August 08, 2018

Businesses Look to AI to Be More 'Human'

It sounds counterintuitive, but there’s a conversation taking place today about how businesses can use artificial intelligence to bring more human emotion and connection to customer service.

Here’s the idea.

In the past, people had to actually go to a store to buy a book, some jeans, or a potato. That put them face-to-face with actual humans. Sometimes these human lifeforms even forged personal relationships.

But today, consumers frequently buy products and access other customer service through various online channels. That removes the human element – either completely (in the case of basic chatbots or other self-service mediums) or partially (because live agents are on script and remote).

In mentioning this, authors and pundits often harken back to the pioneer days when folks shopped at the General Store and had relationships with their friendly proprietors. That makes the conversation more dramatic, to be sure. But we really don’t need to trace humanity’s steps quite that far back.

As recently as 60-some years ago my mother-in-law worked in the layette department at Marshall Field’s. While expectant mothers sat in a nicely decorated room, my mother-in-law catered to them with personalized offerings for purchase.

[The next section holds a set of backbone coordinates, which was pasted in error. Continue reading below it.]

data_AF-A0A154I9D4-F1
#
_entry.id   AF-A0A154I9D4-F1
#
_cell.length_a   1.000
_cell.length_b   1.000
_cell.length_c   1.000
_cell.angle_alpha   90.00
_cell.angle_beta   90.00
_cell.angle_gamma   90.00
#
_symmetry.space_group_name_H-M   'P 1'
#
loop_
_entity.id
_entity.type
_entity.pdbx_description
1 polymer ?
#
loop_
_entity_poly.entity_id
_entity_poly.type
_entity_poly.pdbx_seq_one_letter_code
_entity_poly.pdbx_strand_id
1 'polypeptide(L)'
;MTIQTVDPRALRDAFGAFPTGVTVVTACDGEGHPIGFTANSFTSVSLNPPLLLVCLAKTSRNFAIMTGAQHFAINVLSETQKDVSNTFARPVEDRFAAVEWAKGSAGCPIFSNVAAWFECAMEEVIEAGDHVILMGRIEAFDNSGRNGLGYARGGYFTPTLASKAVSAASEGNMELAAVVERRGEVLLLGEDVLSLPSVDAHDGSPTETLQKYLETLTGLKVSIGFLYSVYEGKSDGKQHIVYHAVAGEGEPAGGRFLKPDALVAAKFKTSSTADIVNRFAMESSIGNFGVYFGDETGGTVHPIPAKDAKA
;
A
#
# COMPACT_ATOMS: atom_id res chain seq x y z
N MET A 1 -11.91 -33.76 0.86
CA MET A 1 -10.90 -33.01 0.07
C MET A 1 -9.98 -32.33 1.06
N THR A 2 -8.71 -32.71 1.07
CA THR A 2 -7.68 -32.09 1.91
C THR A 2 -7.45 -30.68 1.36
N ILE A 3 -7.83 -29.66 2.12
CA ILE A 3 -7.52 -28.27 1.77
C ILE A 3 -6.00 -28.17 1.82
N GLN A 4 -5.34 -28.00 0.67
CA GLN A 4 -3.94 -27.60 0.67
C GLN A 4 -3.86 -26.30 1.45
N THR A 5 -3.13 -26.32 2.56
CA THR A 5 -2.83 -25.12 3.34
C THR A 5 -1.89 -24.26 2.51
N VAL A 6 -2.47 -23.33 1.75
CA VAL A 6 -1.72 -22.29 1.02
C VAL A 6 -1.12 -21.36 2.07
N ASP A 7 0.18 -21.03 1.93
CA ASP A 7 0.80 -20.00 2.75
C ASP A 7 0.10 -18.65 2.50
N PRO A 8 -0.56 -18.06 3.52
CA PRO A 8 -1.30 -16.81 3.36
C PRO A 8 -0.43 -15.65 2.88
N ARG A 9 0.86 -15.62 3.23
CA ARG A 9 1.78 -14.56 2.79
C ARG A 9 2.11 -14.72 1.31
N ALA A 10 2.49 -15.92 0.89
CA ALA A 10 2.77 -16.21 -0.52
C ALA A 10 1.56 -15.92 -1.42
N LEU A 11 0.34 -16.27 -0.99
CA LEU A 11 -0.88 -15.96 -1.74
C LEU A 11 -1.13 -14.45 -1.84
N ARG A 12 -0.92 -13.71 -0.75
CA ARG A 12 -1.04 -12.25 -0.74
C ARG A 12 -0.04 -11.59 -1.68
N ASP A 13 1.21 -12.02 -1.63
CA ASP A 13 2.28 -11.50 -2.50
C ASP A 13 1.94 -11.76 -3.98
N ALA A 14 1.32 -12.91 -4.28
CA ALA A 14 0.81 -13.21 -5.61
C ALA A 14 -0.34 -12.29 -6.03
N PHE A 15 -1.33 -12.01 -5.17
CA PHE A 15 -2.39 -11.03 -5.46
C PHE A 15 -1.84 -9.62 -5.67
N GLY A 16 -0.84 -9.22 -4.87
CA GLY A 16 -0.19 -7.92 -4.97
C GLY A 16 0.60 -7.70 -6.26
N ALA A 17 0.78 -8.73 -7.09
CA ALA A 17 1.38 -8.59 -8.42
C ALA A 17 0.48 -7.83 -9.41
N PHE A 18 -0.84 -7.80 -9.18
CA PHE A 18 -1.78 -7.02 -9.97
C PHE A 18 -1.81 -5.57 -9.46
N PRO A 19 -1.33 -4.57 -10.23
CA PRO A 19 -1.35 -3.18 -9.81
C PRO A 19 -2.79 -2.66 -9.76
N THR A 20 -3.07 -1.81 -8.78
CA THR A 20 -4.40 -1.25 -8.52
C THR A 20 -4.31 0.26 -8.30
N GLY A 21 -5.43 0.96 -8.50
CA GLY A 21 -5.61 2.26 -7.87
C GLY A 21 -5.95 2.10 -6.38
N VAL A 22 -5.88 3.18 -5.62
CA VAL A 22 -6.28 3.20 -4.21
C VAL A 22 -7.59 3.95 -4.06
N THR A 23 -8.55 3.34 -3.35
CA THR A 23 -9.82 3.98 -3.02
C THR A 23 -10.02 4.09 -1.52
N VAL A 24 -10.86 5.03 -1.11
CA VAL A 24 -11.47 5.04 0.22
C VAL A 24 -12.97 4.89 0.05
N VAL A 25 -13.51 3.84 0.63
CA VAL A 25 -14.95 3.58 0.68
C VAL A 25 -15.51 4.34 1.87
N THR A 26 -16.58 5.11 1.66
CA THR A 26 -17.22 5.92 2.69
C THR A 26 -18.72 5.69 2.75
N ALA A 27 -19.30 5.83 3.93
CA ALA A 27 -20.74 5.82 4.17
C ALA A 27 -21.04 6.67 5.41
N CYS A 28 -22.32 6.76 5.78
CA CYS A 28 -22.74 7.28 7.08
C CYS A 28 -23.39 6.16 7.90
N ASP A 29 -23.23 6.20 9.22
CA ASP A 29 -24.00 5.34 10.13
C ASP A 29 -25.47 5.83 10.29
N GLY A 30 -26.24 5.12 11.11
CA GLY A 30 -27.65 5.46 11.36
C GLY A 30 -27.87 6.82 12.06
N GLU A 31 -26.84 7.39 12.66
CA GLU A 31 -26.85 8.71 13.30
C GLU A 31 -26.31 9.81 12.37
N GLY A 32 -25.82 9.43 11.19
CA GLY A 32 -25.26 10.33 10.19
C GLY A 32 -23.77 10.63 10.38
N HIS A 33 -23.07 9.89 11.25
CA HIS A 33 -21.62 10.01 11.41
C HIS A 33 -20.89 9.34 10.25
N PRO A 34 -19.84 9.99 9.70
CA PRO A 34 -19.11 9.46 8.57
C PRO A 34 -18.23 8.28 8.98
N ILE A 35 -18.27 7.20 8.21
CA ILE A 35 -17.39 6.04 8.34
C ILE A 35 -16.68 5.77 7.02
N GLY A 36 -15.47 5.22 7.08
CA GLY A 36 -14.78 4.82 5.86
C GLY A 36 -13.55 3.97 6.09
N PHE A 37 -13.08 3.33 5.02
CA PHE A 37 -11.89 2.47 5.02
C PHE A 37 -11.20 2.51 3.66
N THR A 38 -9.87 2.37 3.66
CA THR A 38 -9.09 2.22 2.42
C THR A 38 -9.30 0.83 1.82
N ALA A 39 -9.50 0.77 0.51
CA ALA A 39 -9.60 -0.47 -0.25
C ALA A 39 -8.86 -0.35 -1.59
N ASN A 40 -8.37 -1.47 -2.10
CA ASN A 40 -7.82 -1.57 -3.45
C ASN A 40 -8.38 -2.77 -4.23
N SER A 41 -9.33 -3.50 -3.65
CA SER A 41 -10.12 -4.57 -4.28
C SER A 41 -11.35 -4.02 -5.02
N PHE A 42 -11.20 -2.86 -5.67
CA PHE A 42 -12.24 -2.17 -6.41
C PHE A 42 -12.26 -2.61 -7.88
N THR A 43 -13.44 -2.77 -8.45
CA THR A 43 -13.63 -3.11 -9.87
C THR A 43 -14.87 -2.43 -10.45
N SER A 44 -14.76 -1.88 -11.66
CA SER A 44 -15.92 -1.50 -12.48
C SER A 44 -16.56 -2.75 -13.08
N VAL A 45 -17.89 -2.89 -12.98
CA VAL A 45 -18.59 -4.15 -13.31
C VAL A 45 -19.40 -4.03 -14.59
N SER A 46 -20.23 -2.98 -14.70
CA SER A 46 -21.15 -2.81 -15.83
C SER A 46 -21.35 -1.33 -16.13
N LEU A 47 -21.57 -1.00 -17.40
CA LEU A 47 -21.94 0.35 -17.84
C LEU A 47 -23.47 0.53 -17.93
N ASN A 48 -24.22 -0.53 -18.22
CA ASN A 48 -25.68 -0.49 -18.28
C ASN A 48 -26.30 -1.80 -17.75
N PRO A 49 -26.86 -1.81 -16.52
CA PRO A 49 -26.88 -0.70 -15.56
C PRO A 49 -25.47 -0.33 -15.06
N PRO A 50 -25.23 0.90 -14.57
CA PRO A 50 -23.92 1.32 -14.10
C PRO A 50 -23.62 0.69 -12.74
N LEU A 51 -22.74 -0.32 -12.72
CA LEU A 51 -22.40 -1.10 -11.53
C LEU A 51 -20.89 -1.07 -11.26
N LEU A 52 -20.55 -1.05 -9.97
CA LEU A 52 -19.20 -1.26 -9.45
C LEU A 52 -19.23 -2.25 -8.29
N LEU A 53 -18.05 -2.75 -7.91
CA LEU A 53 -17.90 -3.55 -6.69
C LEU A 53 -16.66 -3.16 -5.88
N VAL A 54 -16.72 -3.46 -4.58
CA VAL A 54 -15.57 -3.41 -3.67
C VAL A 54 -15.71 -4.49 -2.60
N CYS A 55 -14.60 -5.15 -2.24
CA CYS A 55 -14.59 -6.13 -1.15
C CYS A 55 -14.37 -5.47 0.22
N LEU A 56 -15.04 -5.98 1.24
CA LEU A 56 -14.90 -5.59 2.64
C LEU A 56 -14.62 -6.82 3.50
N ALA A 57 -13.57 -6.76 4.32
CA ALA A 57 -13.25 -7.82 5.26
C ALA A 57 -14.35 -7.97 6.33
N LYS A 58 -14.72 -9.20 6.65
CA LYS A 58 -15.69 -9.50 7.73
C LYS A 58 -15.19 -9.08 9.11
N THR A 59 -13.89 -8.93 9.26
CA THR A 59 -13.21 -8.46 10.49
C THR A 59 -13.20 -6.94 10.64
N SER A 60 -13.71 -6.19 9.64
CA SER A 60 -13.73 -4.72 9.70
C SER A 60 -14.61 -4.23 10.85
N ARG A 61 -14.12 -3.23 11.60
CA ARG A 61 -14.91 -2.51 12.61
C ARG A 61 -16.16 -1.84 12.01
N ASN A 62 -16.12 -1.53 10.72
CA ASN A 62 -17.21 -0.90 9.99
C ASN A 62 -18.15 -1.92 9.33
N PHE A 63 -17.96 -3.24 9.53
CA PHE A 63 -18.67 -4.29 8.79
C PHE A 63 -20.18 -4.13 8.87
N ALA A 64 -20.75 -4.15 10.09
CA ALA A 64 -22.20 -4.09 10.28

This kind of thing is still going on in some circles today. For example, you can get a personal shopper at Nordstrom and other high-end department stores (and via online services). And kindly folk at my local bookstore (yes, local bookstores still exist) are happy to offer suggestions and assistance.

But enough about all that. This story is about how businesses can imbue chatbots with human characteristics to create stronger ties with their customers in much the same way personalized human service does.

Here’s how they can do that.

First, businesses need to think about what they stand for and what kind of experiences they want to provide their customers.

Are they all about fun and sun? If so, perhaps they could create chatbot with the persona of a surfer dude.

Do they sell macaroni and cheese, laundry detergent, or other packaged products targeted at Middle America? In that case, a chatbot with a name and manner of speaking of a mom or dad might work.

Selling fancy watches or travel gear? You might want your chatbot to have the persona of a jeweler or a knowledgeable tour guide.

Edited by Maurice Nagle

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